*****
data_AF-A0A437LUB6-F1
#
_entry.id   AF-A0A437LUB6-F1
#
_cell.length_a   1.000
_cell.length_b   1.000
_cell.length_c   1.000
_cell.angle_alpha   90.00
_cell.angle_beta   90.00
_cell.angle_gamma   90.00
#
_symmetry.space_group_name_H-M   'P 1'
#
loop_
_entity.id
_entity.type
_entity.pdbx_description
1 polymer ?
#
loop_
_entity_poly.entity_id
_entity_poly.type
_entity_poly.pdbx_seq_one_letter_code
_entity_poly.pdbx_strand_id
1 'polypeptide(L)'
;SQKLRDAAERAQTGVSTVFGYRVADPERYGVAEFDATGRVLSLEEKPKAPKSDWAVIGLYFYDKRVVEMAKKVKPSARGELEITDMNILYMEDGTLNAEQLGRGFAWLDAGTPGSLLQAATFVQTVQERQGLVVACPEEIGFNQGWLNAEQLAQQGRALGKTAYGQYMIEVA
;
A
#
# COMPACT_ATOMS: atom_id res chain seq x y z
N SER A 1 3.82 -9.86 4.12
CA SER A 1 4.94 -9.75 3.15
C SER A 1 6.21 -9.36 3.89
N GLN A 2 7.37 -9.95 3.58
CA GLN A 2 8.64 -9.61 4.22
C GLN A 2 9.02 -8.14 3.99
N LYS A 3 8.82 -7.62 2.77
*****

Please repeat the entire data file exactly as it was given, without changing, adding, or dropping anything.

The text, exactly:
data_AF-A0A437LUB6-F1
#
_entry.id   AF-A0A437LUB6-F1
#
_cell.length_a   1.000
_cell.length_b   1.000
_cell.length_c   1.000
_cell.angle_alpha   90.00
_cell.angle_beta   90.00
_cell.angle_gamma   90.00
#
_symmetry.space_group_name_H-M   'P 1'
#
loop_
_entity.id
_entity.type
_entity.pdbx_description
1 polymer ?
#
loop_
_entity_poly.entity_id
_entity_poly.type
_entity_poly.pdbx_seq_one_letter_code
_entity_poly.pdbx_strand_id
1 'polypeptide(L)'
;SQKLRDAAERAQTGVSTVFGYRVADPERYGVAEFDATGRVLSLEEKPKAPKSDWAVIGLYFYDKRVVEMAKKVKPSARGELEITDMNILYMEDGTLNAEQLGRGFAWLDAGTPGSLLQAATFVQTVQERQGLVVACPEEIGFNQGWLNAEQLAQQGRALGKTAYGQYMIEVA
;
A
#
# COMPACT_ATOMS: atom_id res chain seq x y z
N SER A 1 3.82 -9.86 4.12
CA SER A 1 4.94 -9.75 3.15
C SER A 1 6.21 -9.36 3.89
N GLN A 2 7.37 -9.95 3.58
CA GLN A 2 8.64 -9.61 4.22
C GLN A 2 9.02 -8.14 3.99
N LYS A 3 8.82 -7.62 2.77